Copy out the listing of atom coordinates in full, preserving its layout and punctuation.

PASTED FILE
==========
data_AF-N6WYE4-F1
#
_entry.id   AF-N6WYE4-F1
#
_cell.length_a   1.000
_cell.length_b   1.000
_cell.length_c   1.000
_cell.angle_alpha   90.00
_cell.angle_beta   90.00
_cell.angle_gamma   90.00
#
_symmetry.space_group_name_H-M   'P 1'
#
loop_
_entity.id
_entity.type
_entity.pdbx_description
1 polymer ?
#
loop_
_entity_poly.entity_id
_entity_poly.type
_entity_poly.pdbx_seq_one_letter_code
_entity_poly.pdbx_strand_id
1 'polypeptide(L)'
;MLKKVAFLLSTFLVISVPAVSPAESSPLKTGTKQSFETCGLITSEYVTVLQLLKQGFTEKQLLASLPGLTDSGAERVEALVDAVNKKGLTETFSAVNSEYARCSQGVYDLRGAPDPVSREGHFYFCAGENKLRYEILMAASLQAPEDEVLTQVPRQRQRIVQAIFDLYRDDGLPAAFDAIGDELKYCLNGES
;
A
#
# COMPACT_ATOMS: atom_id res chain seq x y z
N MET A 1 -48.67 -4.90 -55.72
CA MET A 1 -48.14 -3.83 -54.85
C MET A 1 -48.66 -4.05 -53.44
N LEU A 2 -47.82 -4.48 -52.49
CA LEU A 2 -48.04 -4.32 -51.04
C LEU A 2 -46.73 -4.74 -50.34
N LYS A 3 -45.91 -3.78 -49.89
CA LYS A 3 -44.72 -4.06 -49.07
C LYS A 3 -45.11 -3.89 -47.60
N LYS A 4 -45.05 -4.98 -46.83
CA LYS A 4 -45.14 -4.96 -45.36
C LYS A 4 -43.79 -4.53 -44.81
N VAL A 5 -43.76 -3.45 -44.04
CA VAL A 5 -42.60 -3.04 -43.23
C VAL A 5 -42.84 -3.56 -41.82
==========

data_AF-N6WYE4-F1
#
_entry.id   AF-N6WYE4-F1
#
_cell.length_a   1.000
_cell.length_b   1.000
_cell.length_c   1.000
_cell.angle_alpha   90.00
_cell.angle_beta   90.00
_cell.angle_gamma   90.00
#
_symmetry.space_group_name_H-M   'P 1'
#
loop_
_entity.id
_entity.type
_entity.pdbx_description
1 polymer ?
#
loop_
_entity_poly.entity_id
_entity_poly.type
_entity_poly.pdbx_seq_one_letter_code
_entity_poly.pdbx_strand_id
1 'polypeptide(L)'
;MLKKVAFLLSTFLVISVPAVSPAESSPLKTGTKQSFETCGLITSEYVTVLQLLKQGFTEKQLLASLPGLTDSGAERVEALVDAVNKKGLTETFSAVNSEYARCSQGVYDLRGAPDPVSREGHFYFCAGENKLRYEILMAASLQAPEDEVLTQVPRQRQRIVQAIFDLYRDDGLPAAFDAIGDELKYCLNGES
;
A
#
# COMPACT_ATOMS: atom_id res chain seq x y z
N MET A 1 -48.67 -4.90 -55.72
CA MET A 1 -48.14 -3.83 -54.85
C MET A 1 -48.66 -4.05 -53.44
N LEU A 2 -47.82 -4.48 -52.49
CA LEU A 2 -48.04 -4.32 -51.04
C LEU A 2 -46.73 -4.74 -50.34
N LYS A 3 -45.91 -3.78 -49.89
CA LYS A 3 -44.72 -4.06 -49.07
C LYS A 3 -45.11 -3.89 -47.60
N LYS A 4 -45.05 -4.98 -46.83
CA LYS A 4 -45.14 -4.96 -45.36
C LYS A 4 -43.79 -4.53 -44.81
N VAL A 5 -43.76 -3.45 -44.04
CA VAL A 5 -42.60 -3.04 -43.23
C VAL A 5 -42.84 -3.56 -41.82